'Oliver' - the Kitty who climbed to the Tippy-Top

(mid October 2015)

Executive Summary

Oliver, a black and white tabby, was stuck overnight in an oak tree in Oxford, MS. I was able to rescue him, but it required some rescue-pole drama. Many thanks to Erin & Jordan, Kara, and Tom for your extremely generous donations to the Oktibbeha County Humane Society! Total rescue time was 6 hours (2 hours on site + 4 hours travel).


It was about 6:00 pm on a Friday evening when the Kat Fone rang. It was Erin, and she had been referred to me by the Oxford MS Fire Department. Her inside kitty ("Oliver") had escaped outside that afternoon, and was stuck in a tree -- could I help? I told Erin that my family planned to attend the 11:00 am MSU/La Tech football game the next day, but that I could leave at halftime if necessary to rescue Oliver. However, I told Erin that there was very good chance that Oliver would come down on his own, and to call/text me the next day if Oliver still needed assistance. The next morning, as we were preparing to go to the ball game, Erin called back and said that Oliver was still in the tree, higher than ever, and that their own rescue attempts had been unsuccessful. It was a beautiful October day, with a light breeze blowing, and I said that I could be there between 3:00 and 4:00 pm. My wife and I went to the game, and I left at halftime in order to drive to Oxford.

When I arrived at the apartment complex where Oliver was stuck I was met by Erin, Tom (a friend), and David (a helpful neighbor) who led me to Oliver's tree. He was about 35 ft up, and looked fairly comfortable. I was a bit concerned when Erin told me that Oliver had traveled far in the tree from where he was initially stuck; this made me suspect that he could be a skittish traveler, the toughest type of kitty to rescue. As I was installing my climbing rope, Kara (a friend) and Jordan (Erin's husband) joined the ground crew. Before I started up, I told everybody that if I had to use the rescue-pole, that I would lower Oliver and pole to the ground, where they would hold a net that he would be lowered into. I instructed them on how to release the wire on the rescue-pole by pulling on the end knob of the rescue-pole.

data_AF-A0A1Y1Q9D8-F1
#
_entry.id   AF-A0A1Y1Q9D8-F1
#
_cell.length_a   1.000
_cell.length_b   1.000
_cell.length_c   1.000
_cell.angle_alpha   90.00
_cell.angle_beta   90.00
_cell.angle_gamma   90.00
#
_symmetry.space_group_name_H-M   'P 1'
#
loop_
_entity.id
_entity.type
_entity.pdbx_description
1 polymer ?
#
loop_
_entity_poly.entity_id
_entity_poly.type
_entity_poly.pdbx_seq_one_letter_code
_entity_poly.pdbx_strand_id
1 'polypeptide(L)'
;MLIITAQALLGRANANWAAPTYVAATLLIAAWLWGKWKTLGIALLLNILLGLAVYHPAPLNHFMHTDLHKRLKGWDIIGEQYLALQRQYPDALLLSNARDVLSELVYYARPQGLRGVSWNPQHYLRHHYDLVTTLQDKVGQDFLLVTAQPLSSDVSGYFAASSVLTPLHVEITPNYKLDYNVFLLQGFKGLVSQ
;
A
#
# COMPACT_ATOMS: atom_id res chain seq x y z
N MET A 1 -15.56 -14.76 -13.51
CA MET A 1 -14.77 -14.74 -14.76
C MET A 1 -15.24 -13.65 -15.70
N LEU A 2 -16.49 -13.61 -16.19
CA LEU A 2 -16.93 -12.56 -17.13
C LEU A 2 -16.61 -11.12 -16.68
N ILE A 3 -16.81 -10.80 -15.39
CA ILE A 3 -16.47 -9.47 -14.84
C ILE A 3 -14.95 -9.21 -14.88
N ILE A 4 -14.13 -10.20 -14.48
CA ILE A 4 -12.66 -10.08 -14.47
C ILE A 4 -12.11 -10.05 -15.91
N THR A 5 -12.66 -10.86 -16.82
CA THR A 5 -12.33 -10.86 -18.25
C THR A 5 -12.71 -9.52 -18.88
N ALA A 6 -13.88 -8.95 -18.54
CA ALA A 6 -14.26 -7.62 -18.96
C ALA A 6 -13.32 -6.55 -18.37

I started up, and soon I was just below Oliver. He had been watching me carefully but did not seem too concerned. My rope had to be installed below Oliver, so I had to pull myself up into a branch union below Oliver before making the grab. I pulled myself, and stood up, then tried to tighten my lanyard to steady myself. As I was doing this, I had to clear the lanyard from some branches, which frightened Oliver and he went further up the tree, yowling as he climbed. At this point, I realized that I probably would not get close enough for a grab, so I asked the ground crew to pass the rescue-pole up to me.

I climbed further up the tree until I was in range for a pole grab, and told the ground crew to get ready. I took a deep breath, and then tried to snag Oliver. The branches around Oliver hindered my efforts, and after a few seconds of me fumbling around, Oliver went further up the tree. My heart sank as I did not know how much higher I would be able to go, but there was at least one more good union above me that I could get to. I climbed higher, and saw that Oliver had run out of climbing room - he was perched at about 55 ft on the last possible branch that could support his considerable weight, and he was struggling to maintain himself on it. I stood up on the last branch that could support my weight, and saw that I could reach him with the pole. I told the ground crew to get ready again, and lifted the pole to snag Oliver, who was hanging by his front paws with his back paws on a tiny twig. I was able to use the pole to push his back legs off the twig, and then this allowed me to get the wire up around his waist. I pulled the wire tight, and at this point I had him firmly snagged. I then struggled to get Oliver off of the branch that his front paws were hooked over, as he had a death grip on it. I was finally able to pull him off the limb, at which point the pole flipped over with a yowling fat cat struggling at the end of it, and ended up hanging straight down. While lowering Oliver to the ground crew, I had to pull him off a couple of branches that he attempted to grab on the way down. Oliver finally reached the ground, where he was captured in the net by his owners, and then brought inside for food and water. I climbed back down the tree using lanyards to my main climbing line, and then descended easily the rest of the way. I was very thankful everything ended happily, and grateful for the help of the wonderful ground crew of Erin, Jordan, Tom, Kara, and David!

The picture below (courtesy Erin) shows Oliver relaxing the next day.